No More Garage Sales For Me
By Jeff Salter
This week our topic is garage and/or yard sales… and whether we’ve participated as buyer, seller, or both.
Well, I’ve dabbled in such sales as a purchaser or potential purchaser, but I have to tell you — unless you approach this as a “pro” you’re liable to see mainly the leftover junk. Those I consider pros are the ones who map out the sales of any given weekend, study the ads to determine who potentially has the best stuff, and arrive super early – sometimes even before the announced time – to have their pick of the lot. And those pros do occasionally find real bargains.
But by the time the pros have long gone – and I get around to the sale – all the cool stuff is gone and what remains is usually just more of the same clutter I have at home.
Though I/we participated in several – which we either hosted or joined with neighbors or friends – I mostly remember one particular sale, with two other families (I think), which we hosted at our house. This was back in about 1981, I believe.
The sale had a very good attendance and quite a lot was sold. Altogether, it grossed a considerable amount of money and our family’s share was nothing to sneeze at. But let me tell you the two aspects of this sale which totally soured me on ever participating in another (at least as the host family).
Who we partnered with
In this sale, other than some items from a neighbor or two (as I recall), we primarily partnered with my boss. Yeah, my boss at work. We were also friends, but when he took over our garage sale, he didn’t behave like a guest at our sale and he didn’t act like a friend — though “off-duty,” he was still my boss… and he considered himself an expert in garage sales. Consequently, he took charge of how I arranged my garage – which he insisted was totally empty – how the clothing was to be displayed, where the various tables were placed, and what went on them, etc.
The following was a tiny matter in the scheme of the complete sale, but the way it was handled sort of captured how the entire sale was conducted. My (clothes) dryer vent extended a few inches into the garage and my boss wanted to snug a table (or something) against that wall. He said I should remove the dryer vent so we could utilize those extra two inches. I said I didn’t want to pull out that vent because I knew it would be difficult to put back in. So he just reached down and yanked it out. Yeah… like it was his vent at his house. See? He was still my boss.
Who does the bargaining on your stuff
The other huge mistake I made with our two day (Fri. and Sat.) sale was that I went to work that Friday and left the sale in the control of my boss. We had carefully marked all our own items with the asking prices and nobody had discussed how much we might be willing to go below those amounts… or who would make those decisions. In other words, it was left up in the air who would do the bargaining with potential buyers about our merchandise… if we were not there to do it ourselves.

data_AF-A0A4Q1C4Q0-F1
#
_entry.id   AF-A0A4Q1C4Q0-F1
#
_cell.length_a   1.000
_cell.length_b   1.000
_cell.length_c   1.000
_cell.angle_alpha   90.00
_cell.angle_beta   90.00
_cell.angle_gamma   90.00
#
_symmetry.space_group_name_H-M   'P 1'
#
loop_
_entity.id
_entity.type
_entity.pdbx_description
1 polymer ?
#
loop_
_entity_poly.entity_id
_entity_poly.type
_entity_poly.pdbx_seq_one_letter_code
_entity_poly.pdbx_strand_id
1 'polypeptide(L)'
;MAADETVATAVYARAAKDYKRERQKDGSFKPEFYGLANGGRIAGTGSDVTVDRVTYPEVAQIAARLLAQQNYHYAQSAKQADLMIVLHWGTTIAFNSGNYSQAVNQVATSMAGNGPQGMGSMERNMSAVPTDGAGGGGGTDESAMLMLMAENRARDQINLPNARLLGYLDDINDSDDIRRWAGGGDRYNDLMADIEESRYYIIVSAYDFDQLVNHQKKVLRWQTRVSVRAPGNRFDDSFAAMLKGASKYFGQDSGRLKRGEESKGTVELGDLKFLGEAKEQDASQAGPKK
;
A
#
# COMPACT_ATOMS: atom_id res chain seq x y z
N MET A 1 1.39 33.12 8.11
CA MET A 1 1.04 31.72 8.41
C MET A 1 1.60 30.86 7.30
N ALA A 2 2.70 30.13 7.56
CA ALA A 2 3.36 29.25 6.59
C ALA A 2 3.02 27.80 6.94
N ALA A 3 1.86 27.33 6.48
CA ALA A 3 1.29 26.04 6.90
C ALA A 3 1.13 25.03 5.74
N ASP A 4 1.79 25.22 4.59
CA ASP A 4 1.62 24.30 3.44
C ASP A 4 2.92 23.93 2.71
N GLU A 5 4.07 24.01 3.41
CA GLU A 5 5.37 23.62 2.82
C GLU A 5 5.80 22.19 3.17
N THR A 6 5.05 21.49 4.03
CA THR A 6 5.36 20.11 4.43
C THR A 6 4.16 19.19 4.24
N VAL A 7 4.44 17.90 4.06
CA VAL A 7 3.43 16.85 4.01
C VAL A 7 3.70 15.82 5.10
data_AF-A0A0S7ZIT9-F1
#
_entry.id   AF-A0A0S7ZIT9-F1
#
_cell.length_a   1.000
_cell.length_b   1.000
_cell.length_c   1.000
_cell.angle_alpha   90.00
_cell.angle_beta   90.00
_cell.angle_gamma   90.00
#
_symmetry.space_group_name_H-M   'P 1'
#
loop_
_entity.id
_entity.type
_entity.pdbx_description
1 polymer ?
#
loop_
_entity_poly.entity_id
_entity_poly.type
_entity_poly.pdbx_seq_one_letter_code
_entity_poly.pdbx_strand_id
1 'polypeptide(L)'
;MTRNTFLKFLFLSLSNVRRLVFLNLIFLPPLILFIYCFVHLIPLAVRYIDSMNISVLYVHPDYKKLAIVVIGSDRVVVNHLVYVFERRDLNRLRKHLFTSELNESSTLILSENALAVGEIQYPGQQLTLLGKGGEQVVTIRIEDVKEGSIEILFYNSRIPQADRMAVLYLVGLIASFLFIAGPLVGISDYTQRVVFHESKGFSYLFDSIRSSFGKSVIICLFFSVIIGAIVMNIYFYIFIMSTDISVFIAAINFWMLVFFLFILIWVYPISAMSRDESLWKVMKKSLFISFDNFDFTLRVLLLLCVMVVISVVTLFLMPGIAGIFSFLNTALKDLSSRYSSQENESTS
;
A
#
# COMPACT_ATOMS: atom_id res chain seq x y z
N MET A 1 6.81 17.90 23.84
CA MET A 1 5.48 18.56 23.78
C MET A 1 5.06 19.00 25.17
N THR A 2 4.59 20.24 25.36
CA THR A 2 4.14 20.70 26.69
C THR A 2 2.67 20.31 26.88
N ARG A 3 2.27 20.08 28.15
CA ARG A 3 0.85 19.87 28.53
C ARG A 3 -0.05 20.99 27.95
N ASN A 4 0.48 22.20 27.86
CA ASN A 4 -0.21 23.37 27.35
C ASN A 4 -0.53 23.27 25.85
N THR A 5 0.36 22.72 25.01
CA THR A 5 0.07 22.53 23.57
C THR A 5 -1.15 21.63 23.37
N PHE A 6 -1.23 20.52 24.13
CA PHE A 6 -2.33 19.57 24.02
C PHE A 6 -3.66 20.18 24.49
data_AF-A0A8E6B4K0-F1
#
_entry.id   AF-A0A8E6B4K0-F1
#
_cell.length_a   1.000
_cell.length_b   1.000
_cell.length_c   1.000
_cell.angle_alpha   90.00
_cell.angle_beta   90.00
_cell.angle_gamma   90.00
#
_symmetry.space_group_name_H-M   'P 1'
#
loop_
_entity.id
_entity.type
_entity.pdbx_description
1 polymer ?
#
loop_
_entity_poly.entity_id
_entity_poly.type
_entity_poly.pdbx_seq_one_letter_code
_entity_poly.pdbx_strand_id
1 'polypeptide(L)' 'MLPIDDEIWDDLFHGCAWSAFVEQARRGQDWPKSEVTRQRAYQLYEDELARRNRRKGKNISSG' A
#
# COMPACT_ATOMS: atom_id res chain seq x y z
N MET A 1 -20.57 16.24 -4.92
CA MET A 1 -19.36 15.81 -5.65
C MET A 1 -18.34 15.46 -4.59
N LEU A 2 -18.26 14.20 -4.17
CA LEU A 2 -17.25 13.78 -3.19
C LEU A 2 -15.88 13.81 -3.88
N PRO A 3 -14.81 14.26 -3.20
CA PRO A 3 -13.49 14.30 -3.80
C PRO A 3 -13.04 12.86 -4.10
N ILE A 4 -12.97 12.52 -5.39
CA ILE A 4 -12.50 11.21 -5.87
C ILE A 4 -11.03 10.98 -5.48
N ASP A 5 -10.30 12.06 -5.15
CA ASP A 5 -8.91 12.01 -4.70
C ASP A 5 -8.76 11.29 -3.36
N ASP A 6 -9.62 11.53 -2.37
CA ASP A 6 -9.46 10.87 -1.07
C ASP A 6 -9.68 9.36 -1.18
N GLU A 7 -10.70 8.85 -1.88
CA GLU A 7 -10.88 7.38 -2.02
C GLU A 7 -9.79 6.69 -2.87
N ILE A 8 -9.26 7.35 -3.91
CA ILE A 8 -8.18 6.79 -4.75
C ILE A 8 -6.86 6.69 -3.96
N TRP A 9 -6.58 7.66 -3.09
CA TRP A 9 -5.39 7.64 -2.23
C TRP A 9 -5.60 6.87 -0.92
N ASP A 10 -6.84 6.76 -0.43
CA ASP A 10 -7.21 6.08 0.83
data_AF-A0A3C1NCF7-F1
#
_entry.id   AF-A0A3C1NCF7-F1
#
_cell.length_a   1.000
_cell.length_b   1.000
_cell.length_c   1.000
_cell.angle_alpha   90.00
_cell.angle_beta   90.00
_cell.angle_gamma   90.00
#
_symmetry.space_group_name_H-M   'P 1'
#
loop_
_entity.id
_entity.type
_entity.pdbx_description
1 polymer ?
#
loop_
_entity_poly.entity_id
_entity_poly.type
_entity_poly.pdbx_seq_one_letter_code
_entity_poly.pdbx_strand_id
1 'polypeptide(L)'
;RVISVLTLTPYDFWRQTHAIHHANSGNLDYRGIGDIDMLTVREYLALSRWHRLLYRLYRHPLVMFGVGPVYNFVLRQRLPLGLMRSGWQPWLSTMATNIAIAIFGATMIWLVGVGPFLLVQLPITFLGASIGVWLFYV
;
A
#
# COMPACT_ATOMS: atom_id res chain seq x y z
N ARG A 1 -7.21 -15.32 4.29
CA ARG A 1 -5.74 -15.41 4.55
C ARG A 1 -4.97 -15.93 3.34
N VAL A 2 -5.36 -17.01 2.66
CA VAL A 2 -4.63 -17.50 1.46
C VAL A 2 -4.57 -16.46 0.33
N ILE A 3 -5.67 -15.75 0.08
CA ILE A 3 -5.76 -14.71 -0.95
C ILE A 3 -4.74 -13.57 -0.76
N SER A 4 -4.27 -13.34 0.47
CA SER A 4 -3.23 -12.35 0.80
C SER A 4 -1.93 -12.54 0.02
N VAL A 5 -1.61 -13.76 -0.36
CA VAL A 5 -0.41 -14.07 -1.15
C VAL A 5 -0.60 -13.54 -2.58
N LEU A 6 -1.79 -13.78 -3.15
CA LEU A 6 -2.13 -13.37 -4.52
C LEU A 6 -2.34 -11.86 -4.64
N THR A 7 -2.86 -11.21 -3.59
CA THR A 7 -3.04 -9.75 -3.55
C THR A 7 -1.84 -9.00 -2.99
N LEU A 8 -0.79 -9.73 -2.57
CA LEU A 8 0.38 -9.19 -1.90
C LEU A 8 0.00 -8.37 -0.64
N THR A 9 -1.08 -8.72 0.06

Well, in this instance, I got home from work that Friday, after a brisk sale all day long at my house… and found a lot of my stuff had been sold. That was good (theoretically). Then I learned that my guitar (with case) had been sold for $5.00 and my Frankenstein monster boots had sold for $1.00… and I freaked. “Who sold my great stuff for those cruddy prices?” I wailed. “I would never have let them go for those amounts.”
Well, as you’ve already likely guessed, it was my boss who determined that my merchandise could be sold for only a fraction of the price I had carefully placed on each item. Those two examples are simply the ones I remember in particular. The clear overall theme was that my boss was perfectly willing for me to receive 20 or 25 cents for every dollar of my careful pricing. There was no attempt to phone me at work, no thought (on his part) that I might prefer to keep said items than to let them go at such rock bottom prices.
I should probably clarifyy that my boss was a pretty good person, all told… the problem was that he couldn’t easily let go of being boss when we were in settings other than work. And, further, that he didn’t recognize this behavior was a problem.
After that experience, I had no stomach for any further garage/yard sales. Even if I’d not developed such a bad taste in my mouth – for the sale (at my home) being “bossed” by my work supervisor and my carefully priced items being liquidated for laughably piddling amounts – I would be deterred from future sales by the sheer amount of work involved. Everything has to be identified, relocated, sorted, priced, and displayed. A location must be set in a high traffic area. Publicity – ads and signs – must be dealt with. Somebody has to handle the money and the decisions. And somebody has to sit at the sale for those 10-12 hours each day.
Folks, that’s a LOT of work and time… when you can donate those same items to a charitable institution and take a deduction on the value of the items.
No more sales for me.
Are you a big fan of garage/yard sales? As a seller or a buyer?
[JLS # 344]